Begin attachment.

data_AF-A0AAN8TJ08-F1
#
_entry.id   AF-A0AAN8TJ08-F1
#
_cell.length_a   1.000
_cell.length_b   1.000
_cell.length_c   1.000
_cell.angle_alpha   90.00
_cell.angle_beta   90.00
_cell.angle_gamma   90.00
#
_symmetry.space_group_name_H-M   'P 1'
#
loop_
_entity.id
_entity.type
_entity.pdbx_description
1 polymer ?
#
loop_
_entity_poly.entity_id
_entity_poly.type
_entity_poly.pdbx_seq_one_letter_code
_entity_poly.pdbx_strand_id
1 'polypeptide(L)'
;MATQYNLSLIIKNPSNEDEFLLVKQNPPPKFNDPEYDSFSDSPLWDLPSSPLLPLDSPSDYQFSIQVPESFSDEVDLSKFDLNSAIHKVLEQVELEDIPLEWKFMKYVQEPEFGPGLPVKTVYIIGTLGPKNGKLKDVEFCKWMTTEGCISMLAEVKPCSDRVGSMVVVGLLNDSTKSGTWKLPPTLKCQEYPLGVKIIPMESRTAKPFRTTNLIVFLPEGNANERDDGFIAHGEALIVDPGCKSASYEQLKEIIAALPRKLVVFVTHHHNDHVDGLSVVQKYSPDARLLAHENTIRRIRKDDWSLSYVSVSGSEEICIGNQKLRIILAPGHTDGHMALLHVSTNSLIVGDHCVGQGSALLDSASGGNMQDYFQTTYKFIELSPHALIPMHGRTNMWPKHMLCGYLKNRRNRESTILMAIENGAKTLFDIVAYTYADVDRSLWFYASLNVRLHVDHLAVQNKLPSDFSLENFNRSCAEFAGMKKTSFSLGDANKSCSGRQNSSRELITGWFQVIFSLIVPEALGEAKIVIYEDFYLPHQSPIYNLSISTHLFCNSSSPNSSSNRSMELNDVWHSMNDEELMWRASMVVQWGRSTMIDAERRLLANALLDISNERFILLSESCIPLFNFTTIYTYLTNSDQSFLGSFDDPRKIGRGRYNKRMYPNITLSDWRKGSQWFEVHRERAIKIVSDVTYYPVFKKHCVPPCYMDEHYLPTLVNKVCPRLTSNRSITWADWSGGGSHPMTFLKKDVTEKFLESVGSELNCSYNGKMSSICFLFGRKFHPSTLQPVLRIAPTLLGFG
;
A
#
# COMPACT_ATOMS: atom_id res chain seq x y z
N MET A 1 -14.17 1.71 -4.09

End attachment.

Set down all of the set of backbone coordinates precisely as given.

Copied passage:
data_AF-A0AAN8TJ08-F1
#
_entry.id   AF-A0AAN8TJ08-F1
#
_cell.length_a   1.000
_cell.length_b   1.000
_cell.length_c   1.000
_cell.angle_alpha   90.00
_cell.angle_beta   90.00
_cell.angle_gamma   90.00
#
_symmetry.space_group_name_H-M   'P 1'
#
loop_
_entity.id
_entity.type
_entity.pdbx_description
1 polymer ?
#
loop_
_entity_poly.entity_id
_entity_poly.type
_entity_poly.pdbx_seq_one_letter_code
_entity_poly.pdbx_strand_id
1 'polypeptide(L)'
;MATQYNLSLIIKNPSNEDEFLLVKQNPPPKFNDPEYDSFSDSPLWDLPSSPLLPLDSPSDYQFSIQVPESFSDEVDLSKFDLNSAIHKVLEQVELEDIPLEWKFMKYVQEPEFGPGLPVKTVYIIGTLGPKNGKLKDVEFCKWMTTEGCISMLAEVKPCSDRVGSMVVVGLLNDSTKSGTWKLPPTLKCQEYPLGVKIIPMESRTAKPFRTTNLIVFLPEGNANERDDGFIAHGEALIVDPGCKSASYEQLKEIIAALPRKLVVFVTHHHNDHVDGLSVVQKYSPDARLLAHENTIRRIRKDDWSLSYVSVSGSEEICIGNQKLRIILAPGHTDGHMALLHVSTNSLIVGDHCVGQGSALLDSASGGNMQDYFQTTYKFIELSPHALIPMHGRTNMWPKHMLCGYLKNRRNRESTILMAIENGAKTLFDIVAYTYADVDRSLWFYASLNVRLHVDHLAVQNKLPSDFSLENFNRSCAEFAGMKKTSFSLGDANKSCSGRQNSSRELITGWFQVIFSLIVPEALGEAKIVIYEDFYLPHQSPIYNLSISTHLFCNSSSPNSSSNRSMELNDVWHSMNDEELMWRASMVVQWGRSTMIDAERRLLANALLDISNERFILLSESCIPLFNFTTIYTYLTNSDQSFLGSFDDPRKIGRGRYNKRMYPNITLSDWRKGSQWFEVHRERAIKIVSDVTYYPVFKKHCVPPCYMDEHYLPTLVNKVCPRLTSNRSITWADWSGGGSHPMTFLKKDVTEKFLESVGSELNCSYNGKMSSICFLFGRKFHPSTLQPVLRIAPTLLGFG
;
A
#
# COMPACT_ATOMS: atom_id res chain seq x y z
N MET A 1 -14.17 1.71 -4.09